- Assessing proportionality will also need to take into account the seriousness of the negative consequences of Group 2 status and weigh them against the benefits that this differentiation will actually achieve.
Inadmissibility (clauses 13-15)
- Clauses 13, 14 and 15 concern asylum claims that are declared inadmissible and therefore not considered substantively.
- Clause 13 replaces arrangements in place with other EU nations (the Dublin III Regulations) that no longer apply due to Brexit and allows for asylum claims by EU nationals to be declared inadmissible. Given that this replicates law that has been in place for several years it will not be discussed further in this note. Clause 15 concerns the legal basis for providing support to ‘inadmissible’ asylum claimants and is also not discussed further in this note because it does not give rise to separate human rights concerns.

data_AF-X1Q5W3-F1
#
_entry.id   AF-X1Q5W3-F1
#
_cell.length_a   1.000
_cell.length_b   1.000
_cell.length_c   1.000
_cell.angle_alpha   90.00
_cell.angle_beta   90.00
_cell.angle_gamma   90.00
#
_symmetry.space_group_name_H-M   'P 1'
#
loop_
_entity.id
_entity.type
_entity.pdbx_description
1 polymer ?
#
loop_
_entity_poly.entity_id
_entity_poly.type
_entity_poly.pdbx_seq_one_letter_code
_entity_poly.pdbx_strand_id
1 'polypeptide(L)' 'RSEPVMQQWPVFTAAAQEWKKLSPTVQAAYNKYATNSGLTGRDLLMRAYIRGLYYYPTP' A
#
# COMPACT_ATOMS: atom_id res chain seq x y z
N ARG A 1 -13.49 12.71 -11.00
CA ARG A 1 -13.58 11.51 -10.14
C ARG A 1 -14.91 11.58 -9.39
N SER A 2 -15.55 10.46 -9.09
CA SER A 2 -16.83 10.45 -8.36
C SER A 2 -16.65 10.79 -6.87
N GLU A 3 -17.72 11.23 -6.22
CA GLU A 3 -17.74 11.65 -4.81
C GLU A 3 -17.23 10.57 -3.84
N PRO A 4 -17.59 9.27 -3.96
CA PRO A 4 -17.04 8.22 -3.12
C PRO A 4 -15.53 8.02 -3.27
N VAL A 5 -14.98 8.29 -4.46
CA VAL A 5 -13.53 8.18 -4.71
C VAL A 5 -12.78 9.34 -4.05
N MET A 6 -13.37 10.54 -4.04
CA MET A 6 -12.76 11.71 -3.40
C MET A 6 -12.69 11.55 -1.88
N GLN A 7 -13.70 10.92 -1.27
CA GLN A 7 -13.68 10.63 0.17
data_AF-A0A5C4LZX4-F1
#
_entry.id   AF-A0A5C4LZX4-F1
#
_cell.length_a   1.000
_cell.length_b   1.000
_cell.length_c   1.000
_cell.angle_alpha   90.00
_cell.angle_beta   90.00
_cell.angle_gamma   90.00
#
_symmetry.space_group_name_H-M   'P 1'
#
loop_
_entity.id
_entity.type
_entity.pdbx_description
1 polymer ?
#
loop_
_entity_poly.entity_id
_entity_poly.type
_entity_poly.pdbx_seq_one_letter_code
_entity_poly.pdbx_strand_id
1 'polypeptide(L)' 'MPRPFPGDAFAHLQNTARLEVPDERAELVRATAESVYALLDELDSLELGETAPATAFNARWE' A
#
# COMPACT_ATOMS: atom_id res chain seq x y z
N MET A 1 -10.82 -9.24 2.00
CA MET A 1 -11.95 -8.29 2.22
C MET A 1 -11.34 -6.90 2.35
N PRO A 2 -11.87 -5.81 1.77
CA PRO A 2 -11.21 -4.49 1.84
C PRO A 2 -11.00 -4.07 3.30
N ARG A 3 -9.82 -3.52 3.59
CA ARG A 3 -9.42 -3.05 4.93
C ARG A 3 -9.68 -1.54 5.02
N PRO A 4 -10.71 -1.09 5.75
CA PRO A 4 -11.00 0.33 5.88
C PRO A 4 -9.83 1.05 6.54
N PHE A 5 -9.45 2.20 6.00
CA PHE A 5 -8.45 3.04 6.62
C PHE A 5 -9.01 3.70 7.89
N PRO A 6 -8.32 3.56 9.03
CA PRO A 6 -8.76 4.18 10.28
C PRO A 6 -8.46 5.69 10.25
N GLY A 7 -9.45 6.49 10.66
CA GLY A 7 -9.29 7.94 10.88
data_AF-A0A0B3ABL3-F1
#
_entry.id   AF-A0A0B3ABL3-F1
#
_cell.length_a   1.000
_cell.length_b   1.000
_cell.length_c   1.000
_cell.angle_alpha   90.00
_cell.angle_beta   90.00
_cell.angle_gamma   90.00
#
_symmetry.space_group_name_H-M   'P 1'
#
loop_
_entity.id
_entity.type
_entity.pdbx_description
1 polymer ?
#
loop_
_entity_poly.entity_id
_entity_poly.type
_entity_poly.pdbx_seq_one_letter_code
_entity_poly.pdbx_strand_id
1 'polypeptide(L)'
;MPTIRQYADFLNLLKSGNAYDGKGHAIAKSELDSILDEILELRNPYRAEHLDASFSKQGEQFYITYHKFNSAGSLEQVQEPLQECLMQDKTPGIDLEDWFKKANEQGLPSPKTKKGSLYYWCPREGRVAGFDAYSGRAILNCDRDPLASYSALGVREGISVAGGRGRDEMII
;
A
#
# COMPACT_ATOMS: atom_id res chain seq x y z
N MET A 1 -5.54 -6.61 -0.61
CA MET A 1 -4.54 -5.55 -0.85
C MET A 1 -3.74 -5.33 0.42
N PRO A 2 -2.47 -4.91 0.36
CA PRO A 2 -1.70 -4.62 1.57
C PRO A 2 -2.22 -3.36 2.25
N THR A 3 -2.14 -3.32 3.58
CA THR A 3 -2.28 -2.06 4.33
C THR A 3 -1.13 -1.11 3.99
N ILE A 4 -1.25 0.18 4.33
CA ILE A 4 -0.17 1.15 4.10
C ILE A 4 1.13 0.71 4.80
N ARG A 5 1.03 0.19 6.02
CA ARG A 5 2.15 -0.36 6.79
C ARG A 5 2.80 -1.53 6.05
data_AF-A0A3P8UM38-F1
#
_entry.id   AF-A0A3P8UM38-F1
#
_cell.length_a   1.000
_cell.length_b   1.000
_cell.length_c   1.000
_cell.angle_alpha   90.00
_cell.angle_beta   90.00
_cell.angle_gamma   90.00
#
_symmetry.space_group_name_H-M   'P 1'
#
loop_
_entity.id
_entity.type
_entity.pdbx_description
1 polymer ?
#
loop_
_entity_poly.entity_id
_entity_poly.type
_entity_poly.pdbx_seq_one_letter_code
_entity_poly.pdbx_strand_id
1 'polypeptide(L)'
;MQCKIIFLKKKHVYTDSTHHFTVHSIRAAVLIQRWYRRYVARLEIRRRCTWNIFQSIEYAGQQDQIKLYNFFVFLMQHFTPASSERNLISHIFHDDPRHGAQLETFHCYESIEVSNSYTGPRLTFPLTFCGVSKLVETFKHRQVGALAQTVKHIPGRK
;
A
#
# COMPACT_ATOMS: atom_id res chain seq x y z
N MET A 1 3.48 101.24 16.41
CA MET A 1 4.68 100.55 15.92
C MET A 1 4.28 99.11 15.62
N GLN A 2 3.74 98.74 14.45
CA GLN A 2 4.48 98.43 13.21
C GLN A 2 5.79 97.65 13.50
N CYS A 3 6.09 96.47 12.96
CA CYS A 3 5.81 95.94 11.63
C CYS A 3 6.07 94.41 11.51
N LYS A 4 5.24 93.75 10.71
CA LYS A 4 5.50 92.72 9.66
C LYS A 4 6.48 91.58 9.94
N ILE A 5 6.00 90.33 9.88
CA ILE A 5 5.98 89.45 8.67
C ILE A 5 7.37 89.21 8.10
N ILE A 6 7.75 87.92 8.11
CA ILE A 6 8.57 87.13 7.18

- Clause 14 would amend the Nationality, Immigration and Asylum Act 2002 to bring into statute changes already made to the immigration rules, which largely came into force on 1 January 2021. These recent changes permit the Home Secretary to declare an asylum claim as ‘inadmissible’ if made by a person who has a ‘connection’ to a ‘safe third State’.
- A safe third state is defined as one where the asylum seeker’s ‘life and liberty’ is not threatened and from where they will not be sent to another state in breach of the Refugee Convention or Article 3 ECHR. A ‘connection’ includes inter alia: